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Chou, Y. J., and D. Staiger. 'Health Insurance and Female Labor Supply in Taiwan.' Journal of Health Economics, 20, 2001, 187-211.

Cox, D. R. 'Partial Likelihood.' Biometrika, 62, 1975, 269-76.

Currie, J., and B. C. Madrian. 'Health, Health Insurance and the Labor Market.' in The Handbook of Labor Economics, Vol. 3C, edited by O. C. Ashenfelter and D. Card. Amsterdam: North Holland, 1999, 3309-416.

Directorate-General of Budget, Accounting and Statistics, Executive Yuan, Taiwan. 'The Analysis of the Trend in Labor Force Participation Rate.' 2001a.

_____. 'The Analysis of the Employment of the Middle-aged and the Old-aged Workers in Taiwan.' 2001b.

_____. 'The Statistical Report of National Situation.' 2001c.

_____. 'The Statistical Report of National Situation, No. 170.' 2002.

Gruber, J., and B. C. Madrian. 'Health-Insurance Availability and the Retirement Decision.' American Economic Review, 85, 1995, 938-48.

_____. 'Health Insurance, Labor Supply, and Job Mobility: A Critical Review of the Literature.' NBER Working Paper Series, Working Paper No. 8817, 2002.

Hausman, J. A., and D. A. Wise. 'Social security, Health Status, and Retirement, ' in Pensions, Labor and Individual Choice, edited by D. A. Wise. Chicago: University of Chicago Press, 1985, 159-91.

Kalbfleisch, J. D., and R. L. Prentice. The Statistical Analysis of Failure Time Data. New York: John Wiley & Sons, 1980.

Kan, K., A. Park, and M. C. Chang. 'A Dynamic Model of Elderly Living Arrangements in Taiwan.' Manuscript, 2001.

Kotlikoff, L. J., and A. Spivak. 'The Family as an Incomplete Annuities Market.' Journal of Political Economy, 89, 1981, 372-91.

Lee, Y. J., W. L. Parish, and R. J. Willis. 'Sons, Daughters, and Intergenerational Support in Taiwan.' American Journal of Sociology, 99, 1994, 1010-41.

Leibfritz, W. 'Retiring Later Makes Sense.' OECD Observer. 2003. http://www.oecdobserver.org/news/fullstory.php/aid/824/Retiring_later_makes_sense.html. Accessed March 2007.

Madrian, B. C. 'The Effect of Health Insurance on Retirement.' Breakings Papers on Economic Activity, I, 1994, 181-252.

Madrian, B. C., and N. D. Beaulieu. 'Does Medicare Eligibility Affect Retirement?' in Inquiries in the Economics of Aging, edited by D. A. Wise. Chicago, IL: University of Chicago Press, 1998, 109-31.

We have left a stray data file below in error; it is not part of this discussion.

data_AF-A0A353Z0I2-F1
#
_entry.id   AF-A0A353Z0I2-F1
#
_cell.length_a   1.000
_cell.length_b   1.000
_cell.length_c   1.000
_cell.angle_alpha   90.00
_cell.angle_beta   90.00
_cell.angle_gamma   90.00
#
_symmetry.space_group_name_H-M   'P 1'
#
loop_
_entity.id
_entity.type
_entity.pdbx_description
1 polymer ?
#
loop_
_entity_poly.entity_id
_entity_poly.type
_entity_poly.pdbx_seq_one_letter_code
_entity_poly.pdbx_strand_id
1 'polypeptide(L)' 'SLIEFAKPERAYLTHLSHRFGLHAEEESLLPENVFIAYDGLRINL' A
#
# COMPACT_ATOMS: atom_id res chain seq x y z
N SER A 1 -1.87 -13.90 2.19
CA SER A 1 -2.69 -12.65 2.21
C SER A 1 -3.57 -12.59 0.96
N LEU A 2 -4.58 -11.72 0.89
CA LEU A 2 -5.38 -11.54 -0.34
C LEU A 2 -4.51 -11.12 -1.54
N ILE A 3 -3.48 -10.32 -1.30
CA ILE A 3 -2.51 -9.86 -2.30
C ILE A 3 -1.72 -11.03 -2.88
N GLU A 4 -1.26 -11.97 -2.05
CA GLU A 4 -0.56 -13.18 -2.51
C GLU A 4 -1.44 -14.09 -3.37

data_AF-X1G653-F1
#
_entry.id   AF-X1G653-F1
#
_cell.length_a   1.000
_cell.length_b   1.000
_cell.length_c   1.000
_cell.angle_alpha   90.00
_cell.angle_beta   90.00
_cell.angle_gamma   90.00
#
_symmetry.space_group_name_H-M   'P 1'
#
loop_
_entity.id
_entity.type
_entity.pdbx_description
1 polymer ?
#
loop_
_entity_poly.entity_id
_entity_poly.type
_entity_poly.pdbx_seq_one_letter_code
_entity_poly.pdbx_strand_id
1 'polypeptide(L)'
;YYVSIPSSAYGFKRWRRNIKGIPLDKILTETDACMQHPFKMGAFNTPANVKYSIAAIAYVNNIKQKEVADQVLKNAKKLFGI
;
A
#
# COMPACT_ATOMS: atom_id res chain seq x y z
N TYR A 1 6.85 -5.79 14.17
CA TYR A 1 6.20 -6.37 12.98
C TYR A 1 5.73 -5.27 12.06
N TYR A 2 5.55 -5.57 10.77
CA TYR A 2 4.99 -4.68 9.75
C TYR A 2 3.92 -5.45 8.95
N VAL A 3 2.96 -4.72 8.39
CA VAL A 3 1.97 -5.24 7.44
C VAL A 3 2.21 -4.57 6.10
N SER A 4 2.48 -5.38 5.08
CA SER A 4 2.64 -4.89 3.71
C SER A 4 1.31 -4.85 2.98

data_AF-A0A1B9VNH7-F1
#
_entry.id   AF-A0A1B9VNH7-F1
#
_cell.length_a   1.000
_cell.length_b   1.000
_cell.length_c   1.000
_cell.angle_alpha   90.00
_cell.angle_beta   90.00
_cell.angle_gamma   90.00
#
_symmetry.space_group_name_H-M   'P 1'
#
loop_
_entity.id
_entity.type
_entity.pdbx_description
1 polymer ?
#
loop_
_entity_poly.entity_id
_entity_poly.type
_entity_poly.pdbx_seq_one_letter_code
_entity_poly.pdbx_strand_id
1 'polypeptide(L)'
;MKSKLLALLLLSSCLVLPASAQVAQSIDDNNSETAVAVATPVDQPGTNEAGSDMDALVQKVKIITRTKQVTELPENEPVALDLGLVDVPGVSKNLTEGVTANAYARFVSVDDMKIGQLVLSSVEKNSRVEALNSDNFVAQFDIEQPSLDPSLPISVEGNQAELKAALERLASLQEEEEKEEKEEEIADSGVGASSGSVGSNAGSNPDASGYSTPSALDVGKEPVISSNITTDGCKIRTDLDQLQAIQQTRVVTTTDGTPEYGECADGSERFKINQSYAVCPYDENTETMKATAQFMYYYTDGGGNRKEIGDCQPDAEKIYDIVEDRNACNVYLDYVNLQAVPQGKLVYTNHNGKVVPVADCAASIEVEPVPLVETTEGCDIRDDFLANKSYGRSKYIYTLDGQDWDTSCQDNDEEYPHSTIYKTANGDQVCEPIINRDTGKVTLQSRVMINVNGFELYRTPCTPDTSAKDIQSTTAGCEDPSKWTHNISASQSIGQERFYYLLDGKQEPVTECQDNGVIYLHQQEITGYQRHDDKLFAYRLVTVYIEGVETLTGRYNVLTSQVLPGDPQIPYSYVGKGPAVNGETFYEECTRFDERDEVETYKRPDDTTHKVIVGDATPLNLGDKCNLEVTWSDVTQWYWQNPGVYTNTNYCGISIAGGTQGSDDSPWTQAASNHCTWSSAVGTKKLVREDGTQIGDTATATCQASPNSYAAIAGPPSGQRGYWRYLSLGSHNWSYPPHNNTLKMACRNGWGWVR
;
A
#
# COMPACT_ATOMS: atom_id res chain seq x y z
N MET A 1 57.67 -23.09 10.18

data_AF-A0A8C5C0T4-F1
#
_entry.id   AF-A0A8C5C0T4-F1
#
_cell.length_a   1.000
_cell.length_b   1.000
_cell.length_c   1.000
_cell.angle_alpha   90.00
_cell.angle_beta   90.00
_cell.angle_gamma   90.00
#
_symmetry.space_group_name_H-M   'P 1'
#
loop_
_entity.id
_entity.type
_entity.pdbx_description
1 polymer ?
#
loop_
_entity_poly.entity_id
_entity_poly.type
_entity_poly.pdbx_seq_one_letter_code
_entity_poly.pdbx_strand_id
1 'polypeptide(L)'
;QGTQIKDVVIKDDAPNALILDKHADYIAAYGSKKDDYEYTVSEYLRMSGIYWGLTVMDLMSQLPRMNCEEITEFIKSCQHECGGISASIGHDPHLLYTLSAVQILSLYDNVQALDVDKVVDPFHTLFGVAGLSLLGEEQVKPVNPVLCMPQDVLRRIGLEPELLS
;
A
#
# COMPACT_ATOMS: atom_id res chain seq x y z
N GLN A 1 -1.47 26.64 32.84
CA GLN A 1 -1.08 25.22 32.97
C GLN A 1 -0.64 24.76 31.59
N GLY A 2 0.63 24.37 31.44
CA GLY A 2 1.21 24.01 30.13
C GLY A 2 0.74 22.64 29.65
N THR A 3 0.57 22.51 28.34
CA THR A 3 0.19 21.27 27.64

McGarry, K. 'Caring for the Elderly: The Role of Adult Children.' in Inquiries in the Economics of Aging, edited by D. A. Wise. Chicago, IL: University of Chicago Press, 1998, 133-63.

Mete, C, and T. P. Schultz. 'Health and Labor Force Participation of the Elderly in Taiwan.' Yale University, Economic Growth Center Discussion Paper No. 846, 2002.

Organisation for Economic Co-operation and Development. 'Ageing Society.' 2007. http://www.oecd.org/topic/0, 2686,en_2649_37435_1_1_1_1_37435, 00.html. Accessed March 2007.

Rogowski, J., and L. Karoly. 'Health Insurance and Retirement Behavior: Evidence from the Health and Retirement Survey.' Journal of Health Economics, 19, 2000, 529-39.

Rust, J., and C. Phelan. 'How Social Security and Medicare Affect Retirement Behavior in a World of Incomplete Markets.' Econometrica, 65, 1997, 781-831.

[Reference]

The Ministry of the Interior, Taiwan. 'Summary and Analysis of the Survey of the Status of the Elderly in Taiwan.' 2000.

_____. 'The Analysis of Living Status of Elderly Women.' 2002.

United Nations, Department of Economic and Social Affairs, Population Division. 'Population Ageing 2006.' 2006. http://www.un.org/esa/populauon/publications/ageing/ageing2006chart.pdf. Accessed March 2007.

van der Klaauw, W., and K. I. Wolpin. 'Social Security and the Retirement and Savings Behavior of Low Income Households.' Manuscript, 2006.

[Author Affiliation]

HSIN-LING HSIEH*

[Author Affiliation]

* This study is based on the data from the Survey of Health and Living Status of the Middle Aged and Elderly in Taiwan provided by the Bureau of Health Promotion, Department of Health, R.O.C., Taiwan. The descriptions or conclusions herein do not represent the viewpoint of the Bureau. The author especially thanks the Bureau of Health Promotion at the Department of Health in Taiwan for providing data. This is a revision of a paper presented at the Pacific Rim Conference of the Western Economic Association International (WEAI), Taipei, Taiwan, January 2003, in a session organized by Jack W. Hou, California State University, Long Beach. The author is very grateful to Janet Currie, Paul Devereux, Duncan Thomas, Christopher Erickson, Yingnian Wu, Jin-Tan Liu, Jack W. Hou, Fwu-Ranq Chang, seminar participants at the University of California, Los Angeles, participants of the WEAI conference, and anonymous referees for helpful comments. The views represented here are only those of the author. Any errors are the author's responsibility.